April 29, 2009
I should have drifted off to bed by now, but I find that as I do on most nights the soothing hum of my laptop’s hard drive is the last thing I hear before drifting off into subconsciousness. Ever since the quarter started five weeks ago, life has been a dizzying whirl of activities and emotion. I can’t wait until my midterms are done later this week and for summer quarter when I can get off this crazy ride, although I confess I fear it a bit because I fear change.
Strangely, I never seem to write much on this blog about my journalistic activities, though they are always there like a reliable friend I can turn to, and also like an enemy with its deadlines looming ever large. An interesting situation presented itself while covering a protest in Rowland Heights on Saturday by residents upset over the proposed development of 775 low density apartments in their rural community.
A church member and resident asked if she could review my draft of my article prior to publication because she wanted to make sure her quotes against the elders who are selling the school property in the lot where the apartment complex is being proposed would not weaken a lawsuit they are preparing against the church leadership. I had to inform her that it is not standard practice for journalists to let people see their articles prior to publication and that the best I could do was to send her a copy of the article once it saw the light of day. It never seems to amaze me how little some people know about journalistic practices.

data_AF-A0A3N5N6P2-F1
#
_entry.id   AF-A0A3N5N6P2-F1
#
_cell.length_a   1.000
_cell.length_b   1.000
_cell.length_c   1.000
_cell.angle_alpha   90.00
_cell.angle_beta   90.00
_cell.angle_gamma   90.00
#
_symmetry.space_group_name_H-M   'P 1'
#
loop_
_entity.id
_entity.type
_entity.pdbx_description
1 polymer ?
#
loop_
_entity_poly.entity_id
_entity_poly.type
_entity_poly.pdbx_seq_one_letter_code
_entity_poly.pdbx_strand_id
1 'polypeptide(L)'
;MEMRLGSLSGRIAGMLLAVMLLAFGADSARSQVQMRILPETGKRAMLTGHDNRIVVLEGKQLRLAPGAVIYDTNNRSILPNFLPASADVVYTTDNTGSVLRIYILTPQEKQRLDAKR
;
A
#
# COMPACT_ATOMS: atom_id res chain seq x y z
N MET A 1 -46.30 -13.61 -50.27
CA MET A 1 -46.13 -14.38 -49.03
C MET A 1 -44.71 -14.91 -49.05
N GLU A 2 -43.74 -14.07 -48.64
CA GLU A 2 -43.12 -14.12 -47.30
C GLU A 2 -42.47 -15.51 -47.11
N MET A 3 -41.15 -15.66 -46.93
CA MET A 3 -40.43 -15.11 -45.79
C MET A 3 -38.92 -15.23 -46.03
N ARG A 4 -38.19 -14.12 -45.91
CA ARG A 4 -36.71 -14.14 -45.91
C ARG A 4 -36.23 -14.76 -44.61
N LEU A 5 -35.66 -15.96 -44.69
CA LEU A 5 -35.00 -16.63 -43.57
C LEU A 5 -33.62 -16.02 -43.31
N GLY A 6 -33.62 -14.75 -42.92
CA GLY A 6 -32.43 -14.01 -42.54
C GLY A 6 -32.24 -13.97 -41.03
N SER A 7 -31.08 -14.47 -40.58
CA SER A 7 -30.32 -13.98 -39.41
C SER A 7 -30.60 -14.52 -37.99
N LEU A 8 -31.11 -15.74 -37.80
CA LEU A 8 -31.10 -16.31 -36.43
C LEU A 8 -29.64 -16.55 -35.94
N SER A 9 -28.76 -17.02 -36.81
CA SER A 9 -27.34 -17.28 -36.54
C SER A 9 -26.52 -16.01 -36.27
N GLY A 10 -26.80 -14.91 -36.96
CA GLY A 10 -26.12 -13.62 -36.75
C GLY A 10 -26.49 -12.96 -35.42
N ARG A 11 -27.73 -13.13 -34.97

She then asked me if I could put in a line about where people could make donations to the organization fighting against the church leaders. Not likely.
On the same day I attended an IT competition which would form the basis for my third ever piece for the Post.
I have a Tuesday night class so I never get to go to Covina council meetings anymore but I have to confess I miss attending them because they were a regular beat of sorts. In a totally off topic, Kick Ass #6 came out this week, I must get to the comic book shop soon and get my hands on it ASAP. I miss reading comics 😦
April 26, 2009
Not sure if I need to tag events in this comic as “spoilers” as this is a retro-review since it went on sale early this month and die hards will already have read it. Actually, this is the latest I have ever bought a Buffy comic, so my apologies for my lateness, but a lot has been going on. So that out of the way, I do have a few thoughts and questions.
Paramount is the fact that two years have gone by, more or less, since Buffy season 8 got underway, so this is sort of an anniversary issue of sorts, though it isn’t billed as such by Dark Horse. Will there ever be an annual? Also, the regular TV season was 22 episodes in length, which is standard for a drama series. Given that this is issue 24, does it still make sense to call this comic season 8? If each monthly installment counts as an episode of the TV show then it should be in season 9. However, if you count each page as one second of screen time as is customary with screenplays and teleplays, then the comic falls short of the episodes in length (being 22 pages long) and in that case we would still be in season 8, but just barely.